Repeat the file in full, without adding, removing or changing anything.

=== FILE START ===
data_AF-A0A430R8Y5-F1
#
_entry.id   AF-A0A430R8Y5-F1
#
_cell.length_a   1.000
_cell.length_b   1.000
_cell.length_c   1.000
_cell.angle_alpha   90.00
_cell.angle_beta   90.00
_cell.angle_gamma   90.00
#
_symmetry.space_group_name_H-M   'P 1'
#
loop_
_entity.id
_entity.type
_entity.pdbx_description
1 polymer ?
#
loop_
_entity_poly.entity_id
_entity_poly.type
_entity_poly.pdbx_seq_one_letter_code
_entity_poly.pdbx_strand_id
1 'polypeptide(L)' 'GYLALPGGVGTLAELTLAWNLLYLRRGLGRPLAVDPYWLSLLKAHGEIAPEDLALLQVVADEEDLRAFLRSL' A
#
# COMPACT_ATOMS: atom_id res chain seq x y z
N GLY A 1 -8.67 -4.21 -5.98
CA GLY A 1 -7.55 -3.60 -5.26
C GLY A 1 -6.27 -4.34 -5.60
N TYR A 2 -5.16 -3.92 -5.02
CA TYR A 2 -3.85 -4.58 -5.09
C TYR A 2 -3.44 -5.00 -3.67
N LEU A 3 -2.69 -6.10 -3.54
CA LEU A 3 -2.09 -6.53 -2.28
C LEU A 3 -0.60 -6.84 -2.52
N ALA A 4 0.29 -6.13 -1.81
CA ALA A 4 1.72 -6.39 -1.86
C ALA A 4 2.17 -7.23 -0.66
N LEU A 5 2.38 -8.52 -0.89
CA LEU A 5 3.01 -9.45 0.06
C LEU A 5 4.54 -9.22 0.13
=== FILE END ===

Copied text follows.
data_AF-A0A430R8Y5-F1
#
_entry.id   AF-A0A430R8Y5-F1
#
_cell.length_a   1.000
_cell.length_b   1.000
_cell.length_c   1.000
_cell.angle_alpha   90.00
_cell.angle_beta   90.00
_cell.angle_gamma   90.00
#
_symmetry.space_group_name_H-M   'P 1'
#
loop_
_entity.id
_entity.type
_entity.pdbx_description
1 polymer ?
#
loop_
_entity_poly.entity_id
_entity_poly.type
_entity_poly.pdbx_seq_one_letter_code
_entity_poly.pdbx_strand_id
1 'polypeptide(L)' 'GYLALPGGVGTLAELTLAWNLLYLRRGLGRPLAVDPYWLSLLKAHGEIAPEDLALLQVVADEEDLRAFLRSL' A
#
# COMPACT_ATOMS: atom_id res chain seq x y z
N GLY A 1 -8.67 -4.21 -5.98
CA GLY A 1 -7.55 -3.60 -5.26
C GLY A 1 -6.27 -4.34 -5.60
N TYR A 2 -5.16 -3.92 -5.02
CA TYR A 2 -3.85 -4.58 -5.09
C TYR A 2 -3.44 -5.00 -3.67
N LEU A 3 -2.69 -6.10 -3.54
CA LEU A 3 -2.09 -6.53 -2.28
C LEU A 3 -0.60 -6.84 -2.52
N ALA A 4 0.29 -6.13 -1.81
CA ALA A 4 1.72 -6.39 -1.86
C ALA A 4 2.17 -7.23 -0.66
N LEU A 5 2.38 -8.52 -0.89
CA LEU A 5 3.01 -9.45 0.06
C LEU A 5 4.54 -9.22 0.13